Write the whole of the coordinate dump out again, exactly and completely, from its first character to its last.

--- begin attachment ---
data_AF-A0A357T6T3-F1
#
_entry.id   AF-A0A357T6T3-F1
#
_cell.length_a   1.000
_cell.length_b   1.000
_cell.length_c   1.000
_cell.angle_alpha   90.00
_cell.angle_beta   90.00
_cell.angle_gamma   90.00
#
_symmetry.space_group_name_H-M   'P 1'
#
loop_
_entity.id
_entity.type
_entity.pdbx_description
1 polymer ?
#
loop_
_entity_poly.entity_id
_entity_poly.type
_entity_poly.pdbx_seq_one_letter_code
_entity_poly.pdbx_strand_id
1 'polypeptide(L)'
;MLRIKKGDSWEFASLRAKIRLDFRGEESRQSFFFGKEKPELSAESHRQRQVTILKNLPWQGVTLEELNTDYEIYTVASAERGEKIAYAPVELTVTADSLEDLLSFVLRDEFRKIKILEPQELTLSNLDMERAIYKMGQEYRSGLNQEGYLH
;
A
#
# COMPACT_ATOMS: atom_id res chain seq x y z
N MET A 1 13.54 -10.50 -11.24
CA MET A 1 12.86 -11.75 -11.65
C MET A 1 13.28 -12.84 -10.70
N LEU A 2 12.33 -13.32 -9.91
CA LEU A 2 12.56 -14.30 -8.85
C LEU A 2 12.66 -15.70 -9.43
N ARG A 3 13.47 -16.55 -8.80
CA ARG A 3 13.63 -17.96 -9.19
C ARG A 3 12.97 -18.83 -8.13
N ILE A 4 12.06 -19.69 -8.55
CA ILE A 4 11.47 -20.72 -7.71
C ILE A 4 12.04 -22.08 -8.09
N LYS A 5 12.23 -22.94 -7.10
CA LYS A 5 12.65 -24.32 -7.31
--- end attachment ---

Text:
data_AF-A0A357T6T3-F1
#
_entry.id   AF-A0A357T6T3-F1
#
_cell.length_a   1.000
_cell.length_b   1.000
_cell.length_c   1.000
_cell.angle_alpha   90.00
_cell.angle_beta   90.00
_cell.angle_gamma   90.00
#
_symmetry.space_group_name_H-M   'P 1'
#
loop_
_entity.id
_entity.type
_entity.pdbx_description
1 polymer ?
#
loop_
_entity_poly.entity_id
_entity_poly.type
_entity_poly.pdbx_seq_one_letter_code
_entity_poly.pdbx_strand_id
1 'polypeptide(L)'
;MLRIKKGDSWEFASLRAKIRLDFRGEESRQSFFFGKEKPELSAESHRQRQVTILKNLPWQGVTLEELNTDYEIYTVASAERGEKIAYAPVELTVTADSLEDLLSFVLRDEFRKIKILEPQELTLSNLDMERAIYKMGQEYRSGLNQEGYLH
;
A
#
# COMPACT_ATOMS: atom_id res chain seq x y z
N MET A 1 13.54 -10.50 -11.24
CA MET A 1 12.86 -11.75 -11.65
C MET A 1 13.28 -12.84 -10.70
N LEU A 2 12.33 -13.32 -9.91
CA LEU A 2 12.56 -14.30 -8.85
C LEU A 2 12.66 -15.70 -9.43
N ARG A 3 13.47 -16.55 -8.80
CA ARG A 3 13.63 -17.96 -9.19
C ARG A 3 12.97 -18.83 -8.13
N ILE A 4 12.06 -19.69 -8.55
CA ILE A 4 11.47 -20.72 -7.71
C ILE A 4 12.04 -22.08 -8.09
N LYS A 5 12.23 -22.94 -7.10
CA LYS A 5 12.65 -24.32 -7.31